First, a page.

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Pulmonary Metastases of Endocrine Origin : The Role of Surgery FREE TO VIEW

Junaid H. Khan; Doff B. McElhinney; Sarah B. Rahman; Tracy I. George; Orlo H. Clark; Scot H. Merrick
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Affiliations: From the Division of Cardiac Surgery, University of California San Francisco,  From the Department of Medicine, University of California San Francisco—Mount Zion Hospital, San Francisco, CA.,  From the Department of Surgery, University of California San Francisco—Mount Zion Hospital, San Francisco, CA.

Scot H. Merrick, MD, Division of Cardiac Surgery, UCSF, 505 Parnassus, M593, San Francisco, CA 94143

1998 by the American College of Chest Physicians

Chest. 1998;114(2):526-534. doi:10.1378/chest.114.2.526
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Purpose: To determine the clinical course and outcome of patients undergoing pulmonary resection for metastatic endocrine tumors.

Methods: Retrospective review of 47 patients with known endocrine tumors and pulmonary metastases who were evaluated for surgical resection between 1975 and 1996.

Results: Tumors evaluated included the following: carcinoid (16), thyroid (12), pancreatic adenocarcinoma (10), adrenocortical carcinoma (6), pheochromocytoma (2), and parathyroid (1). Thirty-three patients were asymptomatic. Hormone secretion was noted in five patients. Twenty-five patients, who had isolated lung metastases, good control of the primary tumor, and no medical contraindication had surgical resection. The number of pulmonary nodules was not a limiting factor as long as all disease could be resected with adequate residual pulmonary function. CT was successful in directing resection in all patients. Twenty-six operations were performed in 25 patients and 22 patients were treated medically. Wedge resection was performed for lesions <2 cm (15), and lobectomy for larger or multiple nodules (10). Four patients had bilateral nodules resected. There was no operative mortality and no major complications. Actuarial 5-year survival was 61% for surgically treated patients. Independent predictors of poor survival included positive mediastinal lymph nodes at time of surgery (p=0.004) and shorter disease-free interval (p=0.01). At a median of 6.7±1.2 years, six patients have developed radiographic appearance of a recurrence. A single patient with recurrent Hürthle cell cancer has had a successful reresection. The remaining patients have received chemotherapy. No patient with pancreatic carcinoma or adrenocortical carcinoma was a candidate for resection. All medically treated patients died within 6 months.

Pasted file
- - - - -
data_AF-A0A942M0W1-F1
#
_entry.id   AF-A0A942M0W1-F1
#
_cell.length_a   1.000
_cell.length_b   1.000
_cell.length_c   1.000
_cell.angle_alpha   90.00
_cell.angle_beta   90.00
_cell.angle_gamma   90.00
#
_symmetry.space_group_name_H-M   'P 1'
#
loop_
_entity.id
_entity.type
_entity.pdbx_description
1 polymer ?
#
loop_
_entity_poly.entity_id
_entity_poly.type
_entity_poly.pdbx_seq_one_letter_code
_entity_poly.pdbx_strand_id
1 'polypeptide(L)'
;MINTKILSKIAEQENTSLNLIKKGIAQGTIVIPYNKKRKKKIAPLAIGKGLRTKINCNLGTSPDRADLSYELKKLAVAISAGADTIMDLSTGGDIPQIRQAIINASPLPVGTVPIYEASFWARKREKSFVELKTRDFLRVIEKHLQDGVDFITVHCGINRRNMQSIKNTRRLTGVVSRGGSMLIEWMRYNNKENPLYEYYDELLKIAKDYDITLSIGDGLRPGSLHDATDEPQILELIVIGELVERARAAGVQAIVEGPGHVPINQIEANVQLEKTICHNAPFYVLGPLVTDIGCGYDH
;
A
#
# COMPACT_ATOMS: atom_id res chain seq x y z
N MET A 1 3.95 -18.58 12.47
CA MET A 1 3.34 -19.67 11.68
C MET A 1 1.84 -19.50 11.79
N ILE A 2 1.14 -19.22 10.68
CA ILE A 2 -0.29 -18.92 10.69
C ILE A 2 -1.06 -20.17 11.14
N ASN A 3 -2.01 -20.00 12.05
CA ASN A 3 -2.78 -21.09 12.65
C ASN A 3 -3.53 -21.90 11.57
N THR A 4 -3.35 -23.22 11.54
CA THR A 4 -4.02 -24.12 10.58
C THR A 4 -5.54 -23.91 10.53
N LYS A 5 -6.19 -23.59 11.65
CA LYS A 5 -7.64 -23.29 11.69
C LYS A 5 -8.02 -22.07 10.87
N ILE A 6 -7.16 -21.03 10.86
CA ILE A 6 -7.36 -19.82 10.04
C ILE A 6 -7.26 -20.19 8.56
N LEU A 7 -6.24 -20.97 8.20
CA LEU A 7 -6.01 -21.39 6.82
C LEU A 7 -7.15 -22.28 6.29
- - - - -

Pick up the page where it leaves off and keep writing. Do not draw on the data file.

Conclusion: Patients with endocrine tumors and pulmonary metastases are usually asymptomatic, their conditions are diagnosed accurately with CT, and they can achieve long-term survival comparable to other tumors (sarcoma) after pulmonary metastasectomy.

Clinical implications: Patients with carcinoid, thyroid, pheochromocytoma, and parathyroid tumors with pulmonary metastases should undergo surgical resection if there is the following: (1) no evidence of extrathoracic disease; (2) good control of the primary tumor; (3) no medical contraindications for surgery; and (4) pulmonary function that can tolerate resection of all documented disease. The role of adjuvant chemotherapy in patients with positive lymph nodes needs further study.




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